Jada Pinkett Smith's Alopecia Is Not a Joke For Your Oscars Entertainment

At the 2022 Oscars, actor Will Smith had an altercation with comedian Chris Rock, who made a joke about Jada Pinkett Smith's buzzed haircut. "Jada, can't wait for 'G.I. Jane 2,'" Rock said, referring to the movie where the main character — who has a shaved hairstyle — becomes the first woman to undergo Navy SEAL training.

Now, this is not a story about the incident. This is about the joke that caused it, made not only at Pinkett Smith's expense but also at the expense of women everywhere who are also facing some form of hair loss. Pinkett Smith has previously been very open about her experience with alopecia, an autoimmune disorder that can cause balding and a large part of why the actor cut her hair in the first place.

While people remain divided on whether Smith's reaction was warranted, there is another layer to this incident that isn't getting the attention it deserves. Hair in the Black community is revered. Rock himself has made a documentary about Black hair culture, after being asked by his daughter why she does not have "good hair." Countless articles have been written on Black hair culture in the US. The importance of hair in the Black community, particularly for Black women, is an undeniable, well-documented fact.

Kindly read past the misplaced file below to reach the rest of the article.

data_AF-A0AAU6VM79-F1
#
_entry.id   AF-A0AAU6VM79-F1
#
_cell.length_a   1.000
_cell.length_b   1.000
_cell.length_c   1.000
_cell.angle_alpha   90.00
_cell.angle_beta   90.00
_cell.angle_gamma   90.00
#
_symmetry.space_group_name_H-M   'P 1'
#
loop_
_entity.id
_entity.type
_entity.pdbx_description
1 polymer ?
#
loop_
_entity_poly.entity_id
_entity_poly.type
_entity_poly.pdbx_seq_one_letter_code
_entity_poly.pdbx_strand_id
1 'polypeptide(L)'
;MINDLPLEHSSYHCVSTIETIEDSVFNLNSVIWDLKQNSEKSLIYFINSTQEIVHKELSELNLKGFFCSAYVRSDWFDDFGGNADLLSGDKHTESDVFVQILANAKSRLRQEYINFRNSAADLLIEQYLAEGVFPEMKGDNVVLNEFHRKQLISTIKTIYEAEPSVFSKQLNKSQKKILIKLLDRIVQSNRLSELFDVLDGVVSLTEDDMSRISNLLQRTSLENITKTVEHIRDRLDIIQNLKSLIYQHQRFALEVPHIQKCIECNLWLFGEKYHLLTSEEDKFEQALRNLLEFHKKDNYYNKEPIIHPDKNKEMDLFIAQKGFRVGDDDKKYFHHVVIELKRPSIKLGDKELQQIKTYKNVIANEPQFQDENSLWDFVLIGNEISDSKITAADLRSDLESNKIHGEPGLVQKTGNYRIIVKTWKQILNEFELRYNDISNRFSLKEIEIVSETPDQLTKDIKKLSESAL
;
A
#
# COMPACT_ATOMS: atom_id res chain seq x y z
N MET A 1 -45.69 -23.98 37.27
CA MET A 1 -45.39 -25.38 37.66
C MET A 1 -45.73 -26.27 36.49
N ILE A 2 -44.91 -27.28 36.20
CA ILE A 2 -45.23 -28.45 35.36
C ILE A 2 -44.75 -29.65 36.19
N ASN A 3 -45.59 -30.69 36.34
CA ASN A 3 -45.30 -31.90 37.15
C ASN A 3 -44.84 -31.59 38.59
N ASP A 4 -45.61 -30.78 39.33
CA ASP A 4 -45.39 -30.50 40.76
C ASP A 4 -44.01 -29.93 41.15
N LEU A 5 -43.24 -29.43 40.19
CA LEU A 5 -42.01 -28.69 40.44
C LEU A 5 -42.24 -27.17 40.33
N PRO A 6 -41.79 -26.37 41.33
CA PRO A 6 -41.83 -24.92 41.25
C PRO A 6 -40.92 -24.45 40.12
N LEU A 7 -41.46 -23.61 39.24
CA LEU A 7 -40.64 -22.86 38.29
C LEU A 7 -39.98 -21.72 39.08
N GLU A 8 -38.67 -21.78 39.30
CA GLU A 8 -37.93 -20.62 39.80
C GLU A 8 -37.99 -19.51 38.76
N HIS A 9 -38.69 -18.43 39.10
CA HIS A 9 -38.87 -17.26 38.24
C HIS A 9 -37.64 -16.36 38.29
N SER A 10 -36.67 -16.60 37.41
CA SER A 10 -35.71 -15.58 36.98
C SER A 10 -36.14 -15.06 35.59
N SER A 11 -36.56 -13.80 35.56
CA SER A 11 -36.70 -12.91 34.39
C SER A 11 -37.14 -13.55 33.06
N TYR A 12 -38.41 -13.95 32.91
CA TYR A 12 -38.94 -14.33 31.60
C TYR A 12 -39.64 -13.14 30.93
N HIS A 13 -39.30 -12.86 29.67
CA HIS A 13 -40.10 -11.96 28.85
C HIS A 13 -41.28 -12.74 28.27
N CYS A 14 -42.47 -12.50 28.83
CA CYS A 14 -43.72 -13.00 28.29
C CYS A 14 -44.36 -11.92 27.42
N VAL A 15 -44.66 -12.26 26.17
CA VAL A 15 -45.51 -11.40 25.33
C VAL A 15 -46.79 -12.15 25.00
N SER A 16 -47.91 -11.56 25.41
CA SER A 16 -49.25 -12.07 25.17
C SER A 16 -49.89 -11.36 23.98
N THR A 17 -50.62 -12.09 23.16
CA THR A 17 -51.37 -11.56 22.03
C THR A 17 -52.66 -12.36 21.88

On one hand, Black women are criticized regardless of the way they wear their hair, whether it be natural, in braids, weaved, or permed. On the other, most have the option to choose how they want to wear their hair. That's not the case here; Pinkett Smith did not choose to have alopecia. (In fact, the condition impacts approximately 6.8 million people in the US alone, according to the National Alopecia Areata Foundation.) She has stated clearly and publicly that she has been trying to accept her condition after years of trying to hide it — at times being brought to tears when discussing her journey.

Rock's implication that he can't wait to see her in "G.I. Jane 2" was insensitive. It attempted to continue a long-standing tradition where Black women are often the ones on the receiving end of quips about their appearances and are still expected to roll with the punches and laugh it off. But Black women and their appearances are much more than comedic fodder to be dished out to a whitewashed audience — especially at the hands of Black men.